Teaching a Beagle to Listen to and Respect His Owners

By: David Codr

Published Date: July 22, 2014

MacMac is a nine-month-old Beagle who doesn’t listen to his owner, chews the baby toys in the home and plays too rough with one of the family’s preteen girls.

When I first met Mac, I could see that he was full of energy did not recognize his owner’s as authority figures. He jumped up on everyone, showed no respect for their personal space, scratched for attention and bounded around the room on a cloud of energy.

I started out by showing his owner’s my technique to stop him from jumping up on them. When a dog does this, its usually due to being over excited and an attempt to “claim” the person as the dog’s possession. Not only is this dangerous in a home with young children, it gives the dog the impression it is in a leadership position.

Mac howled in protest the first time I used my technique to disagree with his attempt to claim me. As soon as I finished, he jumped up on me again so I repeated the correction. After that, Mac started to stop himself from jumping up. I suggested that everyone in the home adopt my technique to disagree with the jumping up. If Mac is corrected this way by everyone in the home, his jumping up should stop within a day or two.

I also went over a technique to adopt when Mac starts to get too excited. Its common for dogs to get into trouble when they get too revved up. My technique is basically a doggie time out. It took only a minute or two for Mac to calm down after I first applied the technique.  As a pup, his owners will need to incorporate this technique any time Mac starts to get too excited. If their timing is good, it shouldn’t take Mac long to learn that an over excited state is unwanted.

Next I suggested that his owners adopt a few new rules and boundaries to help the dog start to identify as a follower. Making the dog sit, come or lie down when it scratches for attention is a great way to use positive reinforcement to disagree with unwanted behavior. The dog learns that demands are ignored, but when it follows commands it gets a nice reward or attention from its owner.

I also suggested they not allow the dog on the couch as dogs perceive some of their status and authority amongst their peers from they height at which they sit. By not allowing the dog on the couch, he can literally see the difference between dog and human.

To help accelerate this change in the leader follower dynamic, I went over a few exercises to help Mac practice thinking before he reacts as well as to look to his owner’s for leadership and guidance.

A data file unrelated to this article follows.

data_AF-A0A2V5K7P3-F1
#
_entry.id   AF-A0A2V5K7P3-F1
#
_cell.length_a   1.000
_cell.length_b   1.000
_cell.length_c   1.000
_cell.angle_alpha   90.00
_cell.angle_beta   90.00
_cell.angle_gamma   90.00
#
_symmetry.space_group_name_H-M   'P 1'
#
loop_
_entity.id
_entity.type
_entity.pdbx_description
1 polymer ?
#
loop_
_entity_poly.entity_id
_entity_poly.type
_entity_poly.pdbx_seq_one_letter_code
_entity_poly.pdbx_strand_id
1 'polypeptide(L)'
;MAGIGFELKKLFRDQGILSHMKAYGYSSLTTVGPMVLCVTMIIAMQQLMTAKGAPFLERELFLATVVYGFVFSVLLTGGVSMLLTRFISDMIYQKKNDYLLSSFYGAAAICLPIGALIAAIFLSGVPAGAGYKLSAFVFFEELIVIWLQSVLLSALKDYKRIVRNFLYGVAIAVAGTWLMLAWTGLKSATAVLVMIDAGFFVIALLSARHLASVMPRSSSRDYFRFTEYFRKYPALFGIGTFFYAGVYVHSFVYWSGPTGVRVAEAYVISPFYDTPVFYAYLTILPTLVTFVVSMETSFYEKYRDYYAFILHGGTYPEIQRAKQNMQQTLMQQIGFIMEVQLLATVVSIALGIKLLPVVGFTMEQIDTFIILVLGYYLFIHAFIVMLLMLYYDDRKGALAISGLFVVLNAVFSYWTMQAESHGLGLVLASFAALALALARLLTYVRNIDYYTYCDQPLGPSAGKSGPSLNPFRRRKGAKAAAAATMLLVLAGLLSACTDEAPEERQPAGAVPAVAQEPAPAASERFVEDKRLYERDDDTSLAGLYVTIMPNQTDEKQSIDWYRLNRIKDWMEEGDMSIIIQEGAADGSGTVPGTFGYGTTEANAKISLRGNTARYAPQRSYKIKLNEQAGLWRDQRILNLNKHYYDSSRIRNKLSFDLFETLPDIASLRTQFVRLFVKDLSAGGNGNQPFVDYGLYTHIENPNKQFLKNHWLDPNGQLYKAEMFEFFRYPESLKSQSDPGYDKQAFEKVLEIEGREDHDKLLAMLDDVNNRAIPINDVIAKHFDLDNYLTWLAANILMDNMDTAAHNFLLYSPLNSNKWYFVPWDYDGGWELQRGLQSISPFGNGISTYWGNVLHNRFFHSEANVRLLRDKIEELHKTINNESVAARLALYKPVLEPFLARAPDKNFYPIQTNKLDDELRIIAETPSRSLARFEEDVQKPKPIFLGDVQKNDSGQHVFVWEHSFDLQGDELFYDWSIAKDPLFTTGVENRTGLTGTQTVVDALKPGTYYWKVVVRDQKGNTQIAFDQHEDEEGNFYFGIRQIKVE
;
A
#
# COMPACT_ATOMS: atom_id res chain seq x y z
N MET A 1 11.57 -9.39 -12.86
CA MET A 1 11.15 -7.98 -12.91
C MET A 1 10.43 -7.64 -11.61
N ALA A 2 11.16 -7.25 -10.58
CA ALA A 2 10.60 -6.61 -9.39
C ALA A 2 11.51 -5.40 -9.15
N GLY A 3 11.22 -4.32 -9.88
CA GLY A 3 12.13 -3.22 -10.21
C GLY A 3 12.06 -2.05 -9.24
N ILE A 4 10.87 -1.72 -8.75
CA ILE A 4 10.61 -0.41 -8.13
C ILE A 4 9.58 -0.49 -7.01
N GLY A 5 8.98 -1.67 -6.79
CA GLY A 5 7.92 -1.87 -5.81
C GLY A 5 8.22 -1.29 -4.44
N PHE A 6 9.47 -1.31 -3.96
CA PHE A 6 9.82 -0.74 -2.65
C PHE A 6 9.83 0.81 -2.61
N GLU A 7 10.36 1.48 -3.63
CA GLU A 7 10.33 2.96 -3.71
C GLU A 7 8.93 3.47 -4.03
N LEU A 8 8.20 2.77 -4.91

Because Mac frequently ignored his owners commands and corrections, I went over some basic dog communication tips. Many humans repeat a command louder when a dog doesn’t respond. I liken this to yelling at someone because they dont speak English. If you aren’t communicating in a way they understand, the volume of your words will have zero impact.

Because dogs communicate with non-verbal communication, how you stand, where you face and how you move have much more meaning than what you say. You will get a better response to a correction or command by standing up and facing the dog. In a dog’s world, this is a much more commanding or authoritative position.

To stop Mac from playing with the baby’s toys, I showed his owners how to claim them. Once Mac “gets it” and ignores the baby toy, we rewarded him with a high vale treat. It will take some practice and vigilance by his owners, but as a Beagle, Mac should have no problems telling the difference between his and the baby’s toys.

By the end of the session Mac was talking commands from the three and five year old girls and responding to corrections from the other members of the family. By enforcing the new rules and boundaries over the next week or two, this new respect for the human authority will become second nature to Mac.

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This post was written by: David Codr

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